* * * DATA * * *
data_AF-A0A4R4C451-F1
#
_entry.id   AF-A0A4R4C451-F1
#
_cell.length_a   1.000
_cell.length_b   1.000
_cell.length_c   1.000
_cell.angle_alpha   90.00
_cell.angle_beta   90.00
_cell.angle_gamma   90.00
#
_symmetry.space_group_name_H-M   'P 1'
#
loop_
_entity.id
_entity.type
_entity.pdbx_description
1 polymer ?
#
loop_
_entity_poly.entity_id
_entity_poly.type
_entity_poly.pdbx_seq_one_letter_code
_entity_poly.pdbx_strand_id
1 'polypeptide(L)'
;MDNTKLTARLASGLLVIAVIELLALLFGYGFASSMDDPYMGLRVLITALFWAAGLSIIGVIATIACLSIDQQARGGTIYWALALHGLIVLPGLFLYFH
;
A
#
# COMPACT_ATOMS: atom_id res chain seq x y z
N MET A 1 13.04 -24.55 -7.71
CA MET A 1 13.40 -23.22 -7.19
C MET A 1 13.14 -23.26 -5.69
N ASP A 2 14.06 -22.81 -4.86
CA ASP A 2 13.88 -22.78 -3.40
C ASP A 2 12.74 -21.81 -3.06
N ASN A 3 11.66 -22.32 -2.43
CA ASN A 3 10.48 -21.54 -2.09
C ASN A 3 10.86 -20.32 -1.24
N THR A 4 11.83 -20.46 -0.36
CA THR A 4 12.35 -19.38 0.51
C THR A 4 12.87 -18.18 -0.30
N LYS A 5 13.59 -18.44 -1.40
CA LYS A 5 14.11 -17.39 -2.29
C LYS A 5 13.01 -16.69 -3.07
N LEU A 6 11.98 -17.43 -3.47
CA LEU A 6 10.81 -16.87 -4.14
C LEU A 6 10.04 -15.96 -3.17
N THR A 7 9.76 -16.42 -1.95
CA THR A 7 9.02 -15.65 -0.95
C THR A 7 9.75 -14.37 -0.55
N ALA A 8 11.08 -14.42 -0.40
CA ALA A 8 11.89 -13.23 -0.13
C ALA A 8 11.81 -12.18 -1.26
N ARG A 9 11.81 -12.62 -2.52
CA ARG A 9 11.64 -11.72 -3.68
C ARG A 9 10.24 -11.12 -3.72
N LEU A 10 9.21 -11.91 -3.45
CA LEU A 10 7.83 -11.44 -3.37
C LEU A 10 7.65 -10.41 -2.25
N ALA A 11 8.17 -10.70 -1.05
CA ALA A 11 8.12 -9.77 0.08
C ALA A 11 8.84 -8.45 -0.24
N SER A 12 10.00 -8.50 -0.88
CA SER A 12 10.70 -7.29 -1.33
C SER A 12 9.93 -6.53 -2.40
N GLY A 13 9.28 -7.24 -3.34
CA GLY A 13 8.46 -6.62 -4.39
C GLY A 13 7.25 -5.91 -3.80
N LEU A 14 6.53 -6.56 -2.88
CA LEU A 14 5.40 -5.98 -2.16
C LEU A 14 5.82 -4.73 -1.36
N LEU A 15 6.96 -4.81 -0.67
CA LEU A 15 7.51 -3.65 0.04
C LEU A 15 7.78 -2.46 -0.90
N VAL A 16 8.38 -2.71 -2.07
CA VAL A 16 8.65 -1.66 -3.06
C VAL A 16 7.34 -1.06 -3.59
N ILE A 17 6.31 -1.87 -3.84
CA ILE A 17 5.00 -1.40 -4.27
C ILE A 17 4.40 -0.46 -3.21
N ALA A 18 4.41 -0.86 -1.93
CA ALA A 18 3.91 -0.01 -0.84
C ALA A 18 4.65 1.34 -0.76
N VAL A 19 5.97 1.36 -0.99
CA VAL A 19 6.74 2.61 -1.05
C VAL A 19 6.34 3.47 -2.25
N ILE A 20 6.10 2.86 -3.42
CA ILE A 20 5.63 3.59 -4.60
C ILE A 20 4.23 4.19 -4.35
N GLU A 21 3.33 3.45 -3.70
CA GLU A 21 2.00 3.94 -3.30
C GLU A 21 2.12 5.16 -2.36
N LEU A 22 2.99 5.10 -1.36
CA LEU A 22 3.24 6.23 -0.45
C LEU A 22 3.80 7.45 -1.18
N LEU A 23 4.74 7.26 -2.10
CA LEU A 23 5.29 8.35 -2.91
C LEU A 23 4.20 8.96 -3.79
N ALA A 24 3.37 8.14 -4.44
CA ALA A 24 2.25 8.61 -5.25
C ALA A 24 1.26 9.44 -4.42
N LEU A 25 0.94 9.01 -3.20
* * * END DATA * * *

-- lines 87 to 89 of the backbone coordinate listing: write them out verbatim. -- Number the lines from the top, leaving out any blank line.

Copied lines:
C VAL A 19 6.34 3.47 -2.25
N ILE A 20 6.10 2.86 -3.42
CA ILE A 20 5.63 3.59 -4.60